Writing about Everett Bumstead's film "Keep It In The Streets" is difficult for me. How do you write about something that's about everything - and also about nothing specifically? It's really hard to find a focal point and yet also... so easy. The meat and potatoes of this film is people. As a well known individual used to say, the people that you meet when you're walking down the street. As stated in the film, the goal was to walk around and meet/talk with as many people as possible. Sooner or later, a story should emerge. Perhaps not a standard A to B kind of story, but a reflection of the time. To me, "Keep It In The Streets" felt like it was about humanity. About people in general. The need of so many to fit in with social norms - and on the flip-side - to steer clear and just do them. A snapshot of today from the streets of Vancouver Canada.
You would think that a collection of open ended interviews, with random people would be boring or scatter-brained. People are people after all, and opinions and thoughts can be so very different from person to person. Opinions are like bum-holes. Everyone's got one. Right? I would also be a liar if I wrote that I agreed with everything that was said here - yet this film demonstrates what true life is all about. Different outlooks of the world. A personalized take on ones surrounding environment, through the eyes of strangers and unconnected people. But are they truly not connected? Yes and no. Maybe as individuals, many are strangers but they are all connected by where they live. If you subscribe to the six degrees of separation rule - the people interviewed may not be as stranger-like as you may think.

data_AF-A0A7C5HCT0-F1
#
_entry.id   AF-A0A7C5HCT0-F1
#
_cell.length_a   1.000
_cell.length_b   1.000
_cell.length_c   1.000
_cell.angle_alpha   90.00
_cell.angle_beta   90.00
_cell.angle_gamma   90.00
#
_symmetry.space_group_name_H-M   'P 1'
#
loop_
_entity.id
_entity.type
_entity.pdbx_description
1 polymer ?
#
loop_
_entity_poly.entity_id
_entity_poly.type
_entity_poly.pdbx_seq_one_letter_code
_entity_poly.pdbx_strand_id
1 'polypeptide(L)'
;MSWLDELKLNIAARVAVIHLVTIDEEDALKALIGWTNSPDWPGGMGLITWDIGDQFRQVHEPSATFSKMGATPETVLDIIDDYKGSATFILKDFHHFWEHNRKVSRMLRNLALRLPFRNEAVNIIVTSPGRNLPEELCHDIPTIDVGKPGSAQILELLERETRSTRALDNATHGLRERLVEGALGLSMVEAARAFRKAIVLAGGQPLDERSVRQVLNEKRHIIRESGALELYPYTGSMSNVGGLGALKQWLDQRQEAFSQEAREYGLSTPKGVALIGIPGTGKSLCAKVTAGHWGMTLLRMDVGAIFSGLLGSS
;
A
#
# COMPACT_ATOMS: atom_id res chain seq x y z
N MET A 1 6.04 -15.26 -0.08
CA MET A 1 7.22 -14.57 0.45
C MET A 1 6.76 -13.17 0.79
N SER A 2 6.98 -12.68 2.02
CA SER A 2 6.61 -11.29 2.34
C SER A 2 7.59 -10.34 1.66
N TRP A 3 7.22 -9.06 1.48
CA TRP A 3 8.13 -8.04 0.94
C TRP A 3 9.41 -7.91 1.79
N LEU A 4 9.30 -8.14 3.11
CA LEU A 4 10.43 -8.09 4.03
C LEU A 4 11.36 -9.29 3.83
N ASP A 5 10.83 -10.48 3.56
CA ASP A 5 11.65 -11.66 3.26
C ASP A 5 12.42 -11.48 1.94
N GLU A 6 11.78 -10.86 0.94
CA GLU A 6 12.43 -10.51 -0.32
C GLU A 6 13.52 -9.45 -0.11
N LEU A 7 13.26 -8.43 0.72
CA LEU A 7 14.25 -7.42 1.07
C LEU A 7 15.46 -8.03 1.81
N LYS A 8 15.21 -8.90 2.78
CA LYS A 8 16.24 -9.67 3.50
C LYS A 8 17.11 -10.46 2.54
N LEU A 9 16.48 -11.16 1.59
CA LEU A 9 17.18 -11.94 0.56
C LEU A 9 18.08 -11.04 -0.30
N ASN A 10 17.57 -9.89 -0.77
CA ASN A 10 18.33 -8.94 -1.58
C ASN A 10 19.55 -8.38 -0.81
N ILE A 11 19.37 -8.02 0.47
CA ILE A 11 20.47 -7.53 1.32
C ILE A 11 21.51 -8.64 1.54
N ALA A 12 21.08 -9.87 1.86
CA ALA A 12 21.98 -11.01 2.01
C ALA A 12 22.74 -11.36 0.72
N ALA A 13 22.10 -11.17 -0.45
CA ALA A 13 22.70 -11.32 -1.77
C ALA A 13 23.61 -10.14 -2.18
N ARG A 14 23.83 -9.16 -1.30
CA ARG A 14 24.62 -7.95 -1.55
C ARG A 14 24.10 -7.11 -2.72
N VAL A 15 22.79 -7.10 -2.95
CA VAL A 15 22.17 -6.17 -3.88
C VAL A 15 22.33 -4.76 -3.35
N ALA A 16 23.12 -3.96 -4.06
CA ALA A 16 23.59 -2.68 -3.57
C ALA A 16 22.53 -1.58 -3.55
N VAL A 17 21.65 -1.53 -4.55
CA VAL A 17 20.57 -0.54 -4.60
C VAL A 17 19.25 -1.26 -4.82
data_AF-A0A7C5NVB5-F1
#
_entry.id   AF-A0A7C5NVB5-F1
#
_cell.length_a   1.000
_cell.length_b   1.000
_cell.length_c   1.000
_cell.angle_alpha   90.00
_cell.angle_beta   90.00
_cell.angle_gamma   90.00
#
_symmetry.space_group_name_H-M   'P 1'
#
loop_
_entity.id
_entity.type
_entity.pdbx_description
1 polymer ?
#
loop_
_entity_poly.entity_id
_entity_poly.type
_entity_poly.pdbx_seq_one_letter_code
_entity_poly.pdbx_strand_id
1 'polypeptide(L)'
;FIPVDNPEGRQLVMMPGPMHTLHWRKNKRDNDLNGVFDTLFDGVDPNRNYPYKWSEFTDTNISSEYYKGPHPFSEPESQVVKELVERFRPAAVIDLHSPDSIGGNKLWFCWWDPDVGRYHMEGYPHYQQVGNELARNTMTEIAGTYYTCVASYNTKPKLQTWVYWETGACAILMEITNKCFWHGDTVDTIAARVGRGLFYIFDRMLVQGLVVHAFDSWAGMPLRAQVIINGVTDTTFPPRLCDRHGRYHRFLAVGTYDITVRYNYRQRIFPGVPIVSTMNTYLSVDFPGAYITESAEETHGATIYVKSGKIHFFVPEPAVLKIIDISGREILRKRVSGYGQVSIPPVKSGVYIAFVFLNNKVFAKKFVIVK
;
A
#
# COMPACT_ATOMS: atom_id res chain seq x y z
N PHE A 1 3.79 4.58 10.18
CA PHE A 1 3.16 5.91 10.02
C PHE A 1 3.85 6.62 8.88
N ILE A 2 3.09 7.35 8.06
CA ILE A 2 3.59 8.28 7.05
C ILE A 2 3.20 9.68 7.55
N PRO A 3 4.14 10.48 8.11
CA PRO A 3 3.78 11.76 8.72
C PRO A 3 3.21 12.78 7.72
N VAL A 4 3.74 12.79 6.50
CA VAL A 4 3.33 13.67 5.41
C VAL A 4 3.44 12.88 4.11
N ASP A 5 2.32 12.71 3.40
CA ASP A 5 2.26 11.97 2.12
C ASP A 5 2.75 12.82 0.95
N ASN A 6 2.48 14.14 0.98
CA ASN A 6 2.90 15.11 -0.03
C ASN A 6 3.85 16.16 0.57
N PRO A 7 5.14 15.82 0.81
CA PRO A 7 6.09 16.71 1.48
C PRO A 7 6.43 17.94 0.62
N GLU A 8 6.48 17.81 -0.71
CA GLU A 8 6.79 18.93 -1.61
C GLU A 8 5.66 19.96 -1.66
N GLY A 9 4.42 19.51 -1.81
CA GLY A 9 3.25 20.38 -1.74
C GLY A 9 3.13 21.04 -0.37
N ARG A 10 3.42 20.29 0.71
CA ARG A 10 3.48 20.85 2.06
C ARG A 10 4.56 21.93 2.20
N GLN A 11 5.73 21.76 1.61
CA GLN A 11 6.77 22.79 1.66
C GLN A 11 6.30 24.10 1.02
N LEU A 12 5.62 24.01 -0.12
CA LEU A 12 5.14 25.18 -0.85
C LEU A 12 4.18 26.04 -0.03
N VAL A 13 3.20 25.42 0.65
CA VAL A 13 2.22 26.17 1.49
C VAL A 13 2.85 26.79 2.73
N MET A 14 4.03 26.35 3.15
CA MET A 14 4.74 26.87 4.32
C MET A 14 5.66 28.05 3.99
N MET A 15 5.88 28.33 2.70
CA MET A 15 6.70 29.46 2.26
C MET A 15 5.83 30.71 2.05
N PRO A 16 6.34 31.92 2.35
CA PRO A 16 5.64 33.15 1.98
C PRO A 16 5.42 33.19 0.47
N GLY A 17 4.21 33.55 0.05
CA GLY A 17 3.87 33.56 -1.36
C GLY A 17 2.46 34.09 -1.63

And that's just it reader. It really is interesting, and entertaining, to see and hear some of these folks. To witness so many thoughts, ideas and even political stances on so many things. "Keep It In The Streets" truly is a digital snapshot of a point in time. Not rehearsed, coached or practiced. Bumstead's unusual documentary is raw, gritty and almost musical. As I started this write-up saying, it's so very hard to nail down using a keyboard. You really need to see it to get it.
Normally, I would go into a technical rant at this point. I'm going to skip it and simply write that "Keep It In The Streets" looks, on the surface, like any other documentary you're likely to see. The only real take away here is the great content, and the way it's all put together. This film zooms by. Some excellent footage choices and editing no doubt. Surely the sign of a good film is when it's over before you know it.
At the end of the day? "Keep It In The Streets" is an entertaining hour and a bit. It may, at times, even rub up against the educational territories. But it really is about people. An excellent addition to any time capsule. For keeping it real and coloring outside the lines, Everett Bumstead's film earns a solid three and a half stars. In this reviewers opinion. A solid, interesting and entertaining documentary. No question.